Tuesday, December 01, 2015


When returned to the context of human activity in general, so-called ritual acts must be seen first in terms of what they share with all activity, then in terms of how they set themselves off from other practices. Ritualization is fundamentally a way of doing things to trigger the perception that these practices are distinct and the associations that they engender are special. A great deal of strategy is employed simply in the degree to which some activities are ritualized and therein differentiated from other acts. While formalization and periodization appear to be common techniques for ritualization, they are not intrinsic to 'ritual' per se; some ritualized practices distinguish themselves by their deliberate informality, although usually in contrast to a known tradition or style of ritualization. Hence, ritual acts must be understood within a semantic framework whereby the significance of an action is dependent upon its place and relationship within a context of all other ways of acting: what it echoes, what it inverts, what it alludes to, what it denies.— Ritual Theory, Ritual Practice, page 220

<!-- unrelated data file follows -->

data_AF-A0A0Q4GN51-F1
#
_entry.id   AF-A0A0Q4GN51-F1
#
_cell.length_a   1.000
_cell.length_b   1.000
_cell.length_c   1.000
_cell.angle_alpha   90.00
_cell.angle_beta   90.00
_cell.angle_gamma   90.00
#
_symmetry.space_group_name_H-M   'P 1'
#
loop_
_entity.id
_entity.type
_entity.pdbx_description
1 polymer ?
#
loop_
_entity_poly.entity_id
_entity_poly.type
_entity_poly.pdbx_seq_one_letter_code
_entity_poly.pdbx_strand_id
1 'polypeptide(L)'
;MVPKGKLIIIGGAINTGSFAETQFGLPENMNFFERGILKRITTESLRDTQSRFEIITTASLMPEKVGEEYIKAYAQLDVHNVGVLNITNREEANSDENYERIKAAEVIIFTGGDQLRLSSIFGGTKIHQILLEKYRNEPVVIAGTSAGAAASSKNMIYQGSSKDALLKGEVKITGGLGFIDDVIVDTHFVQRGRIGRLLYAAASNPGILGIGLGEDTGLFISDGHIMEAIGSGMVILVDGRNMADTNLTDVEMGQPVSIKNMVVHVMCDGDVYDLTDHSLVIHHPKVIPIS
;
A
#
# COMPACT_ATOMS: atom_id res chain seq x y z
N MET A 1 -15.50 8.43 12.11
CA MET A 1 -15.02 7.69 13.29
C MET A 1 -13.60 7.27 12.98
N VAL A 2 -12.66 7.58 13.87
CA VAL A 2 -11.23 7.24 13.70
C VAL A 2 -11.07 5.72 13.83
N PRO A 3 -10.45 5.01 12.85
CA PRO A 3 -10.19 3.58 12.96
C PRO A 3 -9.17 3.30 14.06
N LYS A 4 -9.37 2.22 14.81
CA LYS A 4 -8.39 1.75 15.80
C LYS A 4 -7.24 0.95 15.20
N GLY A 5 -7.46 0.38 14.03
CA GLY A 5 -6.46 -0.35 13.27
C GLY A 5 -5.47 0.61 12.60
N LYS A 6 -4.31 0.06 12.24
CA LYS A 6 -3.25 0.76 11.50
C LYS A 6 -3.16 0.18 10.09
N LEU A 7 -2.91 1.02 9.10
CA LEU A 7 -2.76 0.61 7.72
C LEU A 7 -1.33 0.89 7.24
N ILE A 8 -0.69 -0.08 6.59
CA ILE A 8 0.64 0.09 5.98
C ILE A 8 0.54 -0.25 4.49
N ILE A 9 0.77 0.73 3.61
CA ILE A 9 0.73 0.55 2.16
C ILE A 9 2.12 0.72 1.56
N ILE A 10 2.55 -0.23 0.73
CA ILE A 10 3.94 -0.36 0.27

<idle musing>
That's the final snippet from this book. I hope you learned something from it. I found it very interesting, but then...well, we won't go there : )

Not sure what I'll be extracting from next. I got a whole bunch of great books at AAR/SBL that I can't wait to dig into. We'll see what happens. I'm also in the middle of editing two books, plus working for Eisenbrauns part-time, so I don't have a lot of free reading time right now. And the books I'm editing don't lend themselves to extracts very well—Syriac grammar anyone?

Maybe this one:

America and Its Guns
A Theological Expose
BY James E. Atwood
FOREWORD BY Walter Brueggemann

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